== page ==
is used in conjunction with an MGU attached to the gearbox which supplies electrical energy to the
flywheel from the road and returns it to the gearbox for acceleration at the touch of a button. Not all
flywheels used in the electro-mechanical KERS are permanent magnets. Instead, these systems use
two MGUs, one near the flywheel and another at the gearbox. Some systems use flywheels and
batteries together to store energy.

Fig 4.1.Carbon Fibre Hydraulic Accumulator Fig 4.2. HLA (Hydraulic Launch Assist)

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KERS & REGENERATIVE BRAKING

Since kinetic energy is the energy of motion, you could probably guess that cars create lots of it.
Capturing some of that kinetic energy for the sake of fuel efficiency in a hybrid car is a little tricky,
but regenerative braking is one common method employed by many automakers.

On a non-hybrid car during a routine stop, mechanical braking slows and then stops the vehicle. For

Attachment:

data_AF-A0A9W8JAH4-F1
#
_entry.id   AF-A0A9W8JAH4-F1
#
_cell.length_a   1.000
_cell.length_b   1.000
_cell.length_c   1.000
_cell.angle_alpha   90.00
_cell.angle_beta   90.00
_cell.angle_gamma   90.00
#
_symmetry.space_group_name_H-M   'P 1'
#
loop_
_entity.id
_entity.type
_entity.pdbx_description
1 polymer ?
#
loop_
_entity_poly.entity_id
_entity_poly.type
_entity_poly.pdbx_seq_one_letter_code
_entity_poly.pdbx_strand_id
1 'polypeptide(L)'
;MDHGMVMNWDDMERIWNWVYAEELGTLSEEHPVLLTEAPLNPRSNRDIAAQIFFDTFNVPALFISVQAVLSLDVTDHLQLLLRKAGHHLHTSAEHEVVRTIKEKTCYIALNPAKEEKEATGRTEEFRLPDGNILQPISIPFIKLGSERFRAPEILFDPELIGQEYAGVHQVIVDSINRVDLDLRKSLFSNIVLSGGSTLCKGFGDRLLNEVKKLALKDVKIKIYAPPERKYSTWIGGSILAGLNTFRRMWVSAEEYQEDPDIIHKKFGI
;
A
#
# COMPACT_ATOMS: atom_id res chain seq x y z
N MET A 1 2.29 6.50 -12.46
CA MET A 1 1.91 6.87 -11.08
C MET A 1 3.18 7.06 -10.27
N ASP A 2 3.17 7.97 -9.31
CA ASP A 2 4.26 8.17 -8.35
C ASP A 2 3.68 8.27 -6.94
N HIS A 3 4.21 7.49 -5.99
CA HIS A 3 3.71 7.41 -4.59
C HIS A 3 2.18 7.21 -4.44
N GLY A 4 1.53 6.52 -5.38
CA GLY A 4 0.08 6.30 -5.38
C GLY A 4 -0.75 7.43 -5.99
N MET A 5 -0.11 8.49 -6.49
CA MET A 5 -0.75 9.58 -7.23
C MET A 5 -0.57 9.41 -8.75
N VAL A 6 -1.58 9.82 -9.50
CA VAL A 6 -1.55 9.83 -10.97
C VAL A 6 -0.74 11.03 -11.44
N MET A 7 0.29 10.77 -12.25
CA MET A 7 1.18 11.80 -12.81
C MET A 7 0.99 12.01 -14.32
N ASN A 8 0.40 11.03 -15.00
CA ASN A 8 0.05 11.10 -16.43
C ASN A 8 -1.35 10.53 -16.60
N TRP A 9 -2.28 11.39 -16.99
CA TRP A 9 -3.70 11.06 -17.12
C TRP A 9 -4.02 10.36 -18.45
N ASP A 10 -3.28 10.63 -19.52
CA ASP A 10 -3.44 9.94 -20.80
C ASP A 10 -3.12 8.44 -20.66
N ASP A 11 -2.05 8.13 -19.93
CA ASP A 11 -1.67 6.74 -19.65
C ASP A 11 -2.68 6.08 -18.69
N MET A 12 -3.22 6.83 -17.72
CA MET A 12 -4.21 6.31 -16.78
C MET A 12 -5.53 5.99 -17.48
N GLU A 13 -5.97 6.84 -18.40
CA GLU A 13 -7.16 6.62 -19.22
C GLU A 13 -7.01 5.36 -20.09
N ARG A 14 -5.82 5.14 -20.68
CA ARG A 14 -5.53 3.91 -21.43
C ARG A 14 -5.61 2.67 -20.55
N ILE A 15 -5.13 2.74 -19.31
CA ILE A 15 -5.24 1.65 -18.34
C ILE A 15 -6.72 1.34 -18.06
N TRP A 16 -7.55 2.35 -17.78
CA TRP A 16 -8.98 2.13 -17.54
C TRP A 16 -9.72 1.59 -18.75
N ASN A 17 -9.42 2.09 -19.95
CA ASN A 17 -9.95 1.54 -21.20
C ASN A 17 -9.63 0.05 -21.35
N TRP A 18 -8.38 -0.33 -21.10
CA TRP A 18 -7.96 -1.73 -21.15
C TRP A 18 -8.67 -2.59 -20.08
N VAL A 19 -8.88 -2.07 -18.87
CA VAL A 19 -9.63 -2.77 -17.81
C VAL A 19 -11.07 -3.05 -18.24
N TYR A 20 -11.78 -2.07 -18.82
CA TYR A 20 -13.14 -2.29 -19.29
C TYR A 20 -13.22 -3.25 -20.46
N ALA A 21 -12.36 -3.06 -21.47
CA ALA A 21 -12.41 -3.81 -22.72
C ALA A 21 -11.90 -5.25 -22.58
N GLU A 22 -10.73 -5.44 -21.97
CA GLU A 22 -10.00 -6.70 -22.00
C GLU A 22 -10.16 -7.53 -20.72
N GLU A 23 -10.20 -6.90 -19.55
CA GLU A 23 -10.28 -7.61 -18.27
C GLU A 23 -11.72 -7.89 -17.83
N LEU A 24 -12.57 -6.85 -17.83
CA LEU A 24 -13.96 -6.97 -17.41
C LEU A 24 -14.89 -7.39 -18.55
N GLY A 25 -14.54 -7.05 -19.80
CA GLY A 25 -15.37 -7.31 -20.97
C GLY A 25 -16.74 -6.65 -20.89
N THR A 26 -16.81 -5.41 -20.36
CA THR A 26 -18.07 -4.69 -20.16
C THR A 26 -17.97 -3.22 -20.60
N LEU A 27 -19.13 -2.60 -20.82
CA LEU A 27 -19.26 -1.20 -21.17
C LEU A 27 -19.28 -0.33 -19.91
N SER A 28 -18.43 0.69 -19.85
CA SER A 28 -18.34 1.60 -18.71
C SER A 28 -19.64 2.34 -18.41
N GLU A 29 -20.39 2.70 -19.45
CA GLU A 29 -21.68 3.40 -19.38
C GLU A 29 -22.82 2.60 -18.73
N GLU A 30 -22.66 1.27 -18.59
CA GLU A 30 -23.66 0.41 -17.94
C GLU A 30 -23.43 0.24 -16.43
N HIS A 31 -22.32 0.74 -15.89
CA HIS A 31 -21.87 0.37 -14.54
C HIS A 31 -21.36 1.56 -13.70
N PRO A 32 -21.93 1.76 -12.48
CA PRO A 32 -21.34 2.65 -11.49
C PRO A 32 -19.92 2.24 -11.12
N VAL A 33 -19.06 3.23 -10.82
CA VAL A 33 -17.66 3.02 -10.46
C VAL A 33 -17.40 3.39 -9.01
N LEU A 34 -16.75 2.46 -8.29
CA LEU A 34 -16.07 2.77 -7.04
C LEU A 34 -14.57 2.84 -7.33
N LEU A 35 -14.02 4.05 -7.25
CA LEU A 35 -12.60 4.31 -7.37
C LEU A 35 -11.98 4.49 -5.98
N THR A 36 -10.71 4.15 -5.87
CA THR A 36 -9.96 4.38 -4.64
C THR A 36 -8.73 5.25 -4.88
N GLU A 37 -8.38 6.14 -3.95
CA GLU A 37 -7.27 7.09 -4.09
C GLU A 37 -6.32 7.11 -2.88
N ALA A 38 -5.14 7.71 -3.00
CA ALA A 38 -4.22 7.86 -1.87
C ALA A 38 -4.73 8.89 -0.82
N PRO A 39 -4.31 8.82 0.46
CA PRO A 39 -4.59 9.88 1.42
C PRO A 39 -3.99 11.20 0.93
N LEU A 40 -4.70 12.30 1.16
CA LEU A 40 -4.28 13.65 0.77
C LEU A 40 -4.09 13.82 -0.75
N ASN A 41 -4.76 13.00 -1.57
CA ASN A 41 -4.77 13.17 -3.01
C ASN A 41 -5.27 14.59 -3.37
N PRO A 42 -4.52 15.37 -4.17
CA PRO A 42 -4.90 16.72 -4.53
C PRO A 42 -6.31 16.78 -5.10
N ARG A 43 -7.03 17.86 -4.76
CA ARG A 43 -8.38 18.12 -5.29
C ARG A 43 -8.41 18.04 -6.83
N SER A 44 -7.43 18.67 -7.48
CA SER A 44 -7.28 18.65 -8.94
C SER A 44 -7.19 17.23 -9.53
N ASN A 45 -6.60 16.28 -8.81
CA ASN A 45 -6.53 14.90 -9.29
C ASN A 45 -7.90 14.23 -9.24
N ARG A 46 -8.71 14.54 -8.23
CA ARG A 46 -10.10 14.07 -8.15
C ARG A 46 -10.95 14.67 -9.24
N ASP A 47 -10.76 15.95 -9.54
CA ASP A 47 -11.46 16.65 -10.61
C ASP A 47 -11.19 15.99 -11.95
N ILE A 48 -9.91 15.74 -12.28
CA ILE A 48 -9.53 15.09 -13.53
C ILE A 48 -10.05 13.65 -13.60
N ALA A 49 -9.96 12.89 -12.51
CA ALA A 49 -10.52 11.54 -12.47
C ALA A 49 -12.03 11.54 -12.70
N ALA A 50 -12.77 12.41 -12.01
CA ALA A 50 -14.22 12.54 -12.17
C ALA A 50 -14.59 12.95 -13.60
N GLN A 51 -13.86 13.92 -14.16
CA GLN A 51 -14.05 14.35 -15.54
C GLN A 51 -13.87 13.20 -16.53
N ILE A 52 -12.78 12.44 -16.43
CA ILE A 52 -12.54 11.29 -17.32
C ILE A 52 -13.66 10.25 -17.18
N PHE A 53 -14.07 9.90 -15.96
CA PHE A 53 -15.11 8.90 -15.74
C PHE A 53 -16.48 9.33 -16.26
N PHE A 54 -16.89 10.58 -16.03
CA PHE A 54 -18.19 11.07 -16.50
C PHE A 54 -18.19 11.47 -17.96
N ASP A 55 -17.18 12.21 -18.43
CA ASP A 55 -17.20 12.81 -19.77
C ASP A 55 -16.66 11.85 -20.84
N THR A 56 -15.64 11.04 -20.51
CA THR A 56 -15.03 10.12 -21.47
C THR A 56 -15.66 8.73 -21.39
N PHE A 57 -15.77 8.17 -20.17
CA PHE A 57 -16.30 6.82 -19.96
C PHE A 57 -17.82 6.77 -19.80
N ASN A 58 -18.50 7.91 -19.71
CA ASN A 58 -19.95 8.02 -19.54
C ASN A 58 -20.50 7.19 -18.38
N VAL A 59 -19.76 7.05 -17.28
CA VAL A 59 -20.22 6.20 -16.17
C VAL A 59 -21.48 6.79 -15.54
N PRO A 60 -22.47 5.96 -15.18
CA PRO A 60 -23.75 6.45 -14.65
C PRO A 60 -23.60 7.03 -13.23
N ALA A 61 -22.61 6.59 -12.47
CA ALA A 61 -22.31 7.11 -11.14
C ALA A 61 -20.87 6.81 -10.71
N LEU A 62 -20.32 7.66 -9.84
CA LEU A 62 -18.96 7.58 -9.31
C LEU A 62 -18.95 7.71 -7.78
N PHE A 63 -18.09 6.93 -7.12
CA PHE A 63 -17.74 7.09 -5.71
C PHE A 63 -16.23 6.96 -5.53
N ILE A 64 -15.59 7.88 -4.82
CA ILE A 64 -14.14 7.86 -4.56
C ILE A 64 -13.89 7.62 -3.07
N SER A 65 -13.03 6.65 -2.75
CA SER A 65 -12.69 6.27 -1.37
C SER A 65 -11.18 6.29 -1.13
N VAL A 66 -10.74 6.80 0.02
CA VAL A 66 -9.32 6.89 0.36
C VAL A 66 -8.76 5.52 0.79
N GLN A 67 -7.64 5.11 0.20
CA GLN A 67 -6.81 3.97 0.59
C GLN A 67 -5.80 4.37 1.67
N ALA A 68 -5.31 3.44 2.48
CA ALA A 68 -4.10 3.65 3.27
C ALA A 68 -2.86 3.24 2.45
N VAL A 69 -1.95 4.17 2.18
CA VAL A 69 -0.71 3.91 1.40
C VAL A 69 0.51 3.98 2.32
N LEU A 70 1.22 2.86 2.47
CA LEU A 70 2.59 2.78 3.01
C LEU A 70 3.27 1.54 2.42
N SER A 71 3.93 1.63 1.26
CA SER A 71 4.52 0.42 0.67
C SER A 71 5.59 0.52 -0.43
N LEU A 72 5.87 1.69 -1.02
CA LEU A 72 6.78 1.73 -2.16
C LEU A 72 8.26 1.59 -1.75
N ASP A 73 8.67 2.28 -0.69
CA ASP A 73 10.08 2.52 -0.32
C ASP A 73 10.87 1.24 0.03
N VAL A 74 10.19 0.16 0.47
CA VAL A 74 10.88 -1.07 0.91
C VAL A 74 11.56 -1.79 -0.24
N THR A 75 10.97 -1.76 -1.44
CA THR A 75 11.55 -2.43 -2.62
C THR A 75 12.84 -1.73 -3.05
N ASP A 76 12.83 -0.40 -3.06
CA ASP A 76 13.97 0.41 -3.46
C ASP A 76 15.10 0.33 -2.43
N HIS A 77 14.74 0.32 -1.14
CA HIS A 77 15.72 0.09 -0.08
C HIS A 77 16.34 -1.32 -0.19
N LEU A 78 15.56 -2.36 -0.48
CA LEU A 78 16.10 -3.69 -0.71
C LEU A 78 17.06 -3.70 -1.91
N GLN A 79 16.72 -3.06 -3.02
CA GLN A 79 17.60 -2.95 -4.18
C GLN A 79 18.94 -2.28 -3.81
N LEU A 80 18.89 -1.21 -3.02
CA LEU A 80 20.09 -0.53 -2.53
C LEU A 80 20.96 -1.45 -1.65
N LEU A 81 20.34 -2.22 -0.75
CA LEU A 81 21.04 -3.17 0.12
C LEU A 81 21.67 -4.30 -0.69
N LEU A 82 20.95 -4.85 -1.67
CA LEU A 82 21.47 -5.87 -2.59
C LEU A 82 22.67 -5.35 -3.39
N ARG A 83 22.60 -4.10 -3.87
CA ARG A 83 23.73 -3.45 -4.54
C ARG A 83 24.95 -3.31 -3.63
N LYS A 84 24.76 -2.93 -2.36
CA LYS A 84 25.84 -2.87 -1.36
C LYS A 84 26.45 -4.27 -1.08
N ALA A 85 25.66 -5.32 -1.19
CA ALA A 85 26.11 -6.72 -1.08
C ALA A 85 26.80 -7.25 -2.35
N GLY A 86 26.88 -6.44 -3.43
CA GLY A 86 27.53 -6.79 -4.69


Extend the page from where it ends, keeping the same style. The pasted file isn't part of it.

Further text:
instance, if your vehicle has disc brakes, the brake pads clamp down on a rotor to stop the car. If your
car has drum brakes, the brake shoe pushes the brake lining material outward toward the brake drum
surface to slow or stop the car. In both cases, most of the kinetic energy in the spinning wheels is
absorbed by the pads or the drums, which creates heat.

On a hybrid car that uses regenerative braking, the electric motor is used to slow the car. When the
motor is operating in this mode, it acts as a generator to recover the rotational kinetic energy at the
wheels, convert it into energy and store it in the car's batteries. When the driver of the hybrid car takes
his or her foot off of the accelerator pedal, the resistance provided by the generator slows the car first
and then the mechanical brake pads can be applied to finish the job. Of course, the mechanical brake
pads can also be engaged immediately in an emergency braking scenario.

The car uses the energy stored in the battery to power the electric motor which drives the car at low